Transcribed from "History of North Washington, an illustrated history
of Stevens, Ferry, Okanogan and Chelan counties", published by Western
Historical Publishing Co., 1904.
IGNATIUS A. NAVARRE, of Lakeside,
Chelan county, eminent in the profession of civil engineering and prominently
identified with the interests of the county, was born in Monroe, Michigan,
December 25, 1846. His father, Joseph G. Navarre, was the son of
Colonel Francis Navarre, justice of the old Northwest territory, when it
was under the French regime, and later American rule. During the
War of 1812 he commanded a regiment in which were enrolled thirty-seven
Navarres, descendants of the "white-plumed Henry of Navarre." He participated
in numerous battles, among which was that of the Thames, where Tecumseh
was killed, and General Winchester was his guest the day he surrendered
to Proctor. He was grandson of the first Navarre to settle in America,
who was deputized as administrator by the French government. Our
subject's father, Joseph G. Navarre, was a practicing attorney, having
been educated in Kentucky and practiced in Detroit, Michigan. He
died in 1861. The mother, Elizabeth (Martin) Navarre, was a native
of Pennsylvania, of illustrious ancestors. She died when our subject
was eighteen months old.
Until the age of fourteen Ignatius A. was
reared in Monroe county, Michigan, where he attended public schools and
was graduated with honors from St. Francis College, Loretto, Cambria county,
Pennsylvania. During the last year of the Civil war he enlisted in
the engineer corps, and after an honorable discharge he became a government
surveyor, in which vocation he remained for many years. In 1868,
while engaged in fortification work at Portland, Maine, he began the study
of law, and was admitted to the supreme court bar in 1873. In that
year he went to Olympia, Washington, worked at governmental surveys, went
to Seattle and entered the law office of McNaught & Leary, with whom
he remained two years. Subsequently he was employed two years in
British Columbia, in engineering work for the Dominion government.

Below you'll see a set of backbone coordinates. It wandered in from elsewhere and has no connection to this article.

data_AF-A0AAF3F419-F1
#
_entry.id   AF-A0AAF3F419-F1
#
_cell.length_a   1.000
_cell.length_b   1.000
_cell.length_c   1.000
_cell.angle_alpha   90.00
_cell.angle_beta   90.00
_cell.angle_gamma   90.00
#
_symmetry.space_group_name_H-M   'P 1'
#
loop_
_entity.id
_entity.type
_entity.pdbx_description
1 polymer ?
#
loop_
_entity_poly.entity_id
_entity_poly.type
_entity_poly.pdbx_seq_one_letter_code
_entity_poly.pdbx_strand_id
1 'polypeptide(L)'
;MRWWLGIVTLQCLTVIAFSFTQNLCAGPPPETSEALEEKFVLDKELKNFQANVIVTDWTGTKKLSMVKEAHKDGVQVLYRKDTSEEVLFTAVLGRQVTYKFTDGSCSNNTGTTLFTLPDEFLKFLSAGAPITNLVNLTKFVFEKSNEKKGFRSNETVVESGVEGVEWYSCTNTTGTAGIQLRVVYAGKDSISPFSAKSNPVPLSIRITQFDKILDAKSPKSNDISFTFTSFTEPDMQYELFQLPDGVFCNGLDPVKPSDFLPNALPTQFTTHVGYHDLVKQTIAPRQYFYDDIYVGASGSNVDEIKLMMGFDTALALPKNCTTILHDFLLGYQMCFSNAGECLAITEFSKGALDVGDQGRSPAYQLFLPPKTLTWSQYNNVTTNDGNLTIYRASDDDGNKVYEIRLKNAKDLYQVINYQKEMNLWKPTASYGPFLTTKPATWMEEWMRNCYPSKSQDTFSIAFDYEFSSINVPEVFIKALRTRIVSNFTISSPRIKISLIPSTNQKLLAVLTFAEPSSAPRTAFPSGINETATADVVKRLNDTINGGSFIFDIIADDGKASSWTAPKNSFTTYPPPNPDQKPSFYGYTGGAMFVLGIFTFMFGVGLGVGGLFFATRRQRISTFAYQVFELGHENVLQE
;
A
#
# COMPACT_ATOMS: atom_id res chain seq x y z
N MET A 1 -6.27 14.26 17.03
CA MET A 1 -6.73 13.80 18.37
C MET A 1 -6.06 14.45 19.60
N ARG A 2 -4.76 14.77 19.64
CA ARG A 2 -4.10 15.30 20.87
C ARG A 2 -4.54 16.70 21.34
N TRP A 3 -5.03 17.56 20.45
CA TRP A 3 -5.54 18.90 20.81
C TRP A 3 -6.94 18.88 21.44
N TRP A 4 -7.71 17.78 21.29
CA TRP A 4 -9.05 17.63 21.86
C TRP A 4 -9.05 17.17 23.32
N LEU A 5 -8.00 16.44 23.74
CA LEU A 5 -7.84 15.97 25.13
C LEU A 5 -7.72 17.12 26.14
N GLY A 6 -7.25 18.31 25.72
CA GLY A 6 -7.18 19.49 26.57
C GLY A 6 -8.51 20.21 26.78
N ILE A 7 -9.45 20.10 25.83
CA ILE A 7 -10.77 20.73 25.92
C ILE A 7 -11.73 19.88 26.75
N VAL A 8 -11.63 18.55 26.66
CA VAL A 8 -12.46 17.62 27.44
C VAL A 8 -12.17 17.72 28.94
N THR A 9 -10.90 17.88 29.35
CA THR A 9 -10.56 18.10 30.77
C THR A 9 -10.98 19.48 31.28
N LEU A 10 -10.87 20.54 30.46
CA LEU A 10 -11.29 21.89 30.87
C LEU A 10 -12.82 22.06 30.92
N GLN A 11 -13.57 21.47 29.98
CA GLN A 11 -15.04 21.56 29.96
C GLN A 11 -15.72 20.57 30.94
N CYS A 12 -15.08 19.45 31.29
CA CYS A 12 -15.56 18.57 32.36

He then practiced law at Yakima, Washington, and was probate judge of Yakima
county when it embraced Kittitas county. From 1883 until 1885 he
was engaged on contract surveying work for the government, on land that
is now divided between Douglas, Chelan and Okanogan counties.
In 1886 he filed on land on the beautiful
Lake Chelan and there he has since resided. He served as one of the
presidential electors during the Harrison campaign, the only one sent east
of the Cascade Mountains. He is a stanch Republican, and has served
as United States Commissioner. Mr. Navarre has served in various
governmental positions, was employed by the state to select lands and to
lay irrigating plans under the Corey law. At present he controls
about four hundred acres of land. He has two brothers, Charles F.
and Alexander T., and one sister, Mary F. Mackin, of Pittsburg. At
San Francisco, November 9, 1879, he was married to Miss Elizabeth E. Cooper.
born at Victoria, British Columbia. Her father, James 0. Cooper,
was a native of England, and an old sea captain. He was also agent
of marines and fisheries for the Dominion Government at Victoria.
He died at San Francisco, California, in 1898. The mother, Charlotte
0. Cooper, was a native of England. Mrs. Navarre has four brothers,
Charles V., George, Augustus and Vinter F., and two sisters, Jennie Hamfin
and Fanny Cooper.
Two children have been born to Mr. and Mrs.
Navarre, Grace M. and Joseph R., both living at home. Joseph R. was
the first white child born on the shores of Lake Chelan.